Volume IV – War Economy, 1942–1945 (1st edition, 1977)

Author: Butlin, Sydney James Christopher Lyon

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This is the second of two volumes on economic aspects of the war of 1939–45 in Australia. The volume covers the period of war in the Pacific, from late 1941 until the surrender of Japan in August 1945. Thus it describes the steps taken to mobilse the economy fully: the diversion of labour to the Services, the growth of munitions production, internal and external transport organisation, food production, the introduction of the National Economic Plan, and the many measures taken to restrict and control private activities.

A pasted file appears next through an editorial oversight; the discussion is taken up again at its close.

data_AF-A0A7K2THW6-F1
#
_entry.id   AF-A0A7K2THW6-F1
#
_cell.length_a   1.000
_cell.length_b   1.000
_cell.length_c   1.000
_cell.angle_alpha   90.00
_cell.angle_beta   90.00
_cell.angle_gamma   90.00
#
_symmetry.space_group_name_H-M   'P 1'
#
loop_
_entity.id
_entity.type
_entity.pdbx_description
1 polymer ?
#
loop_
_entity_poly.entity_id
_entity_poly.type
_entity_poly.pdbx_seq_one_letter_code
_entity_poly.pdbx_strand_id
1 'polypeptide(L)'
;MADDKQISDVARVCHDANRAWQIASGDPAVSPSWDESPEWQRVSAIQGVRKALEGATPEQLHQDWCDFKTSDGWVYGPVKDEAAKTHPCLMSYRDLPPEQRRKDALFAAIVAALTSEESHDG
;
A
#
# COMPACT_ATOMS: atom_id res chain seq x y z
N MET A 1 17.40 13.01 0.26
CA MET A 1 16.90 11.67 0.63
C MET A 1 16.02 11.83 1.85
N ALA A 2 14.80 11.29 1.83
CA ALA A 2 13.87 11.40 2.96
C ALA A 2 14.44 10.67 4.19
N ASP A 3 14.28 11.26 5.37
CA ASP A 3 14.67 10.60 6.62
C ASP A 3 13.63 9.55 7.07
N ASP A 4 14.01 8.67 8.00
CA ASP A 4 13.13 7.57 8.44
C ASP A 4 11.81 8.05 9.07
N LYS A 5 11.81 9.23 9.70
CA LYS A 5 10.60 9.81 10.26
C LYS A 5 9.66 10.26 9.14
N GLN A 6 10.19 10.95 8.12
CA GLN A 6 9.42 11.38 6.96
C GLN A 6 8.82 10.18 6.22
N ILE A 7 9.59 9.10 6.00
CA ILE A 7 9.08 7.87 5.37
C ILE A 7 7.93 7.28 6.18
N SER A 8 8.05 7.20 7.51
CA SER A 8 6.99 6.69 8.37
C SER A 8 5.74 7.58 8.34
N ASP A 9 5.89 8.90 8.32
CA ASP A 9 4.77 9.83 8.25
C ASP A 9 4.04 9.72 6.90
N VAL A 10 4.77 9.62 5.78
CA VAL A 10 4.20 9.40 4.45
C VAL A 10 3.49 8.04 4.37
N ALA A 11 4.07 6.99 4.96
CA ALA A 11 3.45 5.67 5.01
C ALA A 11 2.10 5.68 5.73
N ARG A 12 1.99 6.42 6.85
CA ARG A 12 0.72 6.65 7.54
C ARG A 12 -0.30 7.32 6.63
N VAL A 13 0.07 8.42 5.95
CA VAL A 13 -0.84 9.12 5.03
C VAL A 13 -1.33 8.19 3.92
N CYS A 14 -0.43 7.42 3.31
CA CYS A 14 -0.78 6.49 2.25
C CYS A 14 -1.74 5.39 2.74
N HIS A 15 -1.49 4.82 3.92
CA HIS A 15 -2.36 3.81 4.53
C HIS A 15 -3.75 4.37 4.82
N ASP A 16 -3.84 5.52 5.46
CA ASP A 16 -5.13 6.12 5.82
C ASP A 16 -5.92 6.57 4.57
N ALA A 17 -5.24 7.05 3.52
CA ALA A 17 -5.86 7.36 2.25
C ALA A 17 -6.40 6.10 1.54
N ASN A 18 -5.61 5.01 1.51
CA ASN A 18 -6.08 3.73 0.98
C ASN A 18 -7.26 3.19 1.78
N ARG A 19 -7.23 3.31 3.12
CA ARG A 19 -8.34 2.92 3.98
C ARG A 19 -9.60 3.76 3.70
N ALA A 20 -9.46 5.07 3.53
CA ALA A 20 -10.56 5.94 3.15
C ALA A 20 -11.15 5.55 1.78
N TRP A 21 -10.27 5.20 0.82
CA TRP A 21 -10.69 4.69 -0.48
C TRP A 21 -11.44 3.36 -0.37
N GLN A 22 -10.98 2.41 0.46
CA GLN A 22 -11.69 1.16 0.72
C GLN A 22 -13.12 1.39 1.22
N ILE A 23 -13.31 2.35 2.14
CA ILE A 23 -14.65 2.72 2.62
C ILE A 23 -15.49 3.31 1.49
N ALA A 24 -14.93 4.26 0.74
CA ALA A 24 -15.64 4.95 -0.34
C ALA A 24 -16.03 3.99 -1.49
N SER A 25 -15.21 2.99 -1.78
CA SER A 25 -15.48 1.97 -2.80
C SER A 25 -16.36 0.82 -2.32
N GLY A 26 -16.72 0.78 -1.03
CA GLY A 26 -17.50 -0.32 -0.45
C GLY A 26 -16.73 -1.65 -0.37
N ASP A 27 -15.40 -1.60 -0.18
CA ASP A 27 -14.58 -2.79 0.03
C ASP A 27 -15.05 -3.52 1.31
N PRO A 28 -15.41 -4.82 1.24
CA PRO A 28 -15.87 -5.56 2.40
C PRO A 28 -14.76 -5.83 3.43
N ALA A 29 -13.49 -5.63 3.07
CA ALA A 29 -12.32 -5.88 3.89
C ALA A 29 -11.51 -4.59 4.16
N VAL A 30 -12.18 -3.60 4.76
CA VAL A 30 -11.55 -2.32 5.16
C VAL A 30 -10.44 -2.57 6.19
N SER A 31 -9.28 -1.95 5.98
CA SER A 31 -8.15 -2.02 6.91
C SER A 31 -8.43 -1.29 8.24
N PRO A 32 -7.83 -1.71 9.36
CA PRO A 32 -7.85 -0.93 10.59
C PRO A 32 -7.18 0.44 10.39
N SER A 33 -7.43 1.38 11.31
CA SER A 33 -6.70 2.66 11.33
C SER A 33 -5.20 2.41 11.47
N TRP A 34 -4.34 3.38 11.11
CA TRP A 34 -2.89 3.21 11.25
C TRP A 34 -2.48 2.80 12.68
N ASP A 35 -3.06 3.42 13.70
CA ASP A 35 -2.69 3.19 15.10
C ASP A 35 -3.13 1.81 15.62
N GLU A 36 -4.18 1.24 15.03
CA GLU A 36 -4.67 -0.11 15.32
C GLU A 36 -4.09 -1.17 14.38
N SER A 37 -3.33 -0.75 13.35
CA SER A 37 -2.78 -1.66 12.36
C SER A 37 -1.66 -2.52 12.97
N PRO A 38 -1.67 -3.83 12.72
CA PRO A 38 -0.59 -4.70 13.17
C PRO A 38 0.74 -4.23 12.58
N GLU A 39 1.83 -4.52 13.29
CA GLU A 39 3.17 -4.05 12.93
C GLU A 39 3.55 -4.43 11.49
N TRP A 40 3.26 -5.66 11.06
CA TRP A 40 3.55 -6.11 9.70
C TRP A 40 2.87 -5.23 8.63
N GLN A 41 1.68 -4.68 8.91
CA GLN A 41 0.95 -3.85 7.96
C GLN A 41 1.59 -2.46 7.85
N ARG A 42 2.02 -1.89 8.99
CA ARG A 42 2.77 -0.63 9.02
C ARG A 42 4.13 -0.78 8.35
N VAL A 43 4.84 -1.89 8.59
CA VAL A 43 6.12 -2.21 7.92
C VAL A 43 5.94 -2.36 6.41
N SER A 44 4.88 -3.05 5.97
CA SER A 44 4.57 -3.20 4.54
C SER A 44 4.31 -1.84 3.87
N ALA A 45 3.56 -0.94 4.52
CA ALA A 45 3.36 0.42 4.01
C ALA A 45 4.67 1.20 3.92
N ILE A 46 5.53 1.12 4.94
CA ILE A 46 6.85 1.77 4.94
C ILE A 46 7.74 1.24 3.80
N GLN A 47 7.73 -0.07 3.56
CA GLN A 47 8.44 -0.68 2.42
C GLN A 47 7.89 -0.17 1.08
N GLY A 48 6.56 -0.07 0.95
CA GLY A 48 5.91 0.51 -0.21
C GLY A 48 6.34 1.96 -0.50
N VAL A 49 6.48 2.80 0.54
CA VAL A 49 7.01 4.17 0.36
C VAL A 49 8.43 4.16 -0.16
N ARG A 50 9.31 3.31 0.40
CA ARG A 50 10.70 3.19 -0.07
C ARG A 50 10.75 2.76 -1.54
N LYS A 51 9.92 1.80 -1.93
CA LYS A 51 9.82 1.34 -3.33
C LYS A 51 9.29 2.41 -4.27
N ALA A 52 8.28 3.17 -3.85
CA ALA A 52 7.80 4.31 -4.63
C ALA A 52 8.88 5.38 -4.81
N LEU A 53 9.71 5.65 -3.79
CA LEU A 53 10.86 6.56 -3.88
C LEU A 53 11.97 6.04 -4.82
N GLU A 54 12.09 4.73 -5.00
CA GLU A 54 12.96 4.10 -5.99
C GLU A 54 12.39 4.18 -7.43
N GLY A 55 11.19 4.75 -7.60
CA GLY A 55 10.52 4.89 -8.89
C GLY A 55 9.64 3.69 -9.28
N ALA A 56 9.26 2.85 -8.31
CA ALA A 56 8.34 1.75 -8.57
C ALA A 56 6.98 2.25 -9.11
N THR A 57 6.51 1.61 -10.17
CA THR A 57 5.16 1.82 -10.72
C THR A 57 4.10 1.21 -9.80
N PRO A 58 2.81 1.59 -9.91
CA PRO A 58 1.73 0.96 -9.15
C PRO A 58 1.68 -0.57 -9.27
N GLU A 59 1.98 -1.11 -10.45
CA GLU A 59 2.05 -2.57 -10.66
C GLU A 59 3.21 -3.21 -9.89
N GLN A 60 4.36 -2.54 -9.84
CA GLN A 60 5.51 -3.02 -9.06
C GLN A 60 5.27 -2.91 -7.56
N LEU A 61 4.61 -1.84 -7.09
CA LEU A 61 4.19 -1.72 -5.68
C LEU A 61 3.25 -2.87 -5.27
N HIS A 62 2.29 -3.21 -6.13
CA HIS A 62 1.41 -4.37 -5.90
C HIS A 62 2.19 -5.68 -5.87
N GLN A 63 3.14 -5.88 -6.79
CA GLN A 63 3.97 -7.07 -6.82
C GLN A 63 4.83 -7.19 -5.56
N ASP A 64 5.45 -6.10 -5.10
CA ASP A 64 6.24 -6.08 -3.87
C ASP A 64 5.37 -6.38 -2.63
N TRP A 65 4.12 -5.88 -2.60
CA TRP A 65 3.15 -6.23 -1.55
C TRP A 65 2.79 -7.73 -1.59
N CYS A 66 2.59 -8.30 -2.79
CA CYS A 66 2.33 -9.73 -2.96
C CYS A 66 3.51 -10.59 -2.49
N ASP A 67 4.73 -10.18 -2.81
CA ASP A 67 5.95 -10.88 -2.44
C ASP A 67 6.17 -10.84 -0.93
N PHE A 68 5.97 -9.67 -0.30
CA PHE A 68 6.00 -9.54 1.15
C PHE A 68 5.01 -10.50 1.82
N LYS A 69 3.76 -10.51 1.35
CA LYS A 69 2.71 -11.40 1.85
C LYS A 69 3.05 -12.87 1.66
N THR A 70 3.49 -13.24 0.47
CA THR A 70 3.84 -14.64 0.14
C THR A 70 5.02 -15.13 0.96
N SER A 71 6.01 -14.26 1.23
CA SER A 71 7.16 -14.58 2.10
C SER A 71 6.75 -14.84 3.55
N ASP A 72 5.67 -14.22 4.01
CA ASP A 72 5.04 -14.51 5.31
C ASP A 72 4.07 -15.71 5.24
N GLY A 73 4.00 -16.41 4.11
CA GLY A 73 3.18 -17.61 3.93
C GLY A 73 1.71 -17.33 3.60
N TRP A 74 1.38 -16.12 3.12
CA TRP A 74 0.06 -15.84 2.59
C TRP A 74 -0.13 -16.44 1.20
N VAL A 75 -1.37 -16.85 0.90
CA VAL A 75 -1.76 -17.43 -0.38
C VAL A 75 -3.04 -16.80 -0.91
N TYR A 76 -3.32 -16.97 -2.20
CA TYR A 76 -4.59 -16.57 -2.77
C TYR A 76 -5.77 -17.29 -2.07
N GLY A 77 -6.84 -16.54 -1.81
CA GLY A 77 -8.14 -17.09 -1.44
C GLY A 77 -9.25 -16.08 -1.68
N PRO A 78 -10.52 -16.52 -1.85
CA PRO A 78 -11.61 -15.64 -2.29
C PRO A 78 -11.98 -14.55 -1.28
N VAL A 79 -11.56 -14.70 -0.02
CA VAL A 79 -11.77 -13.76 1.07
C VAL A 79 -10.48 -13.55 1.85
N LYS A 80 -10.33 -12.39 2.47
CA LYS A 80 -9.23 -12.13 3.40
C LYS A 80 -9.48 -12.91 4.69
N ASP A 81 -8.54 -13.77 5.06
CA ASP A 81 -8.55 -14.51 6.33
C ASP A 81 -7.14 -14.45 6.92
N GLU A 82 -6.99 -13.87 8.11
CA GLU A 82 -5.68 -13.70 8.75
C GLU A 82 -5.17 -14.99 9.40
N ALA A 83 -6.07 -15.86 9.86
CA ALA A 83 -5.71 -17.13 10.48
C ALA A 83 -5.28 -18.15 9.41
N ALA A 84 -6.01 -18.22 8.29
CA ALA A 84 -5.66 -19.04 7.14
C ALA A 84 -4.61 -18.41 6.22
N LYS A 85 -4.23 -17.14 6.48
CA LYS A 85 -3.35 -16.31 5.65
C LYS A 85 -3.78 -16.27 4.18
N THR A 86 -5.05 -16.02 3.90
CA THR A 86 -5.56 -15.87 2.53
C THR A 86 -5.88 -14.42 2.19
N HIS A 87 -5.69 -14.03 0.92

At the same time the Pacific war involved a great enlargement of Australian–American economic relations and a reduction in the Anglo–Australian economic connection. The tensions involved in this change are fully described.

Early in 1943 it was realised that the degree of war mobilisation was out of proportion to the then reduced threat from Japan. Much of the second half of the volume is concerned with the difficult process of reducing the scale of the war commitment, and of making plans for post-war reconstruction both at home and abroad. While much post-war planning was unproductive, it did yield some notable decisions such as the authority to General Motors–Holden’s to build an Australian car.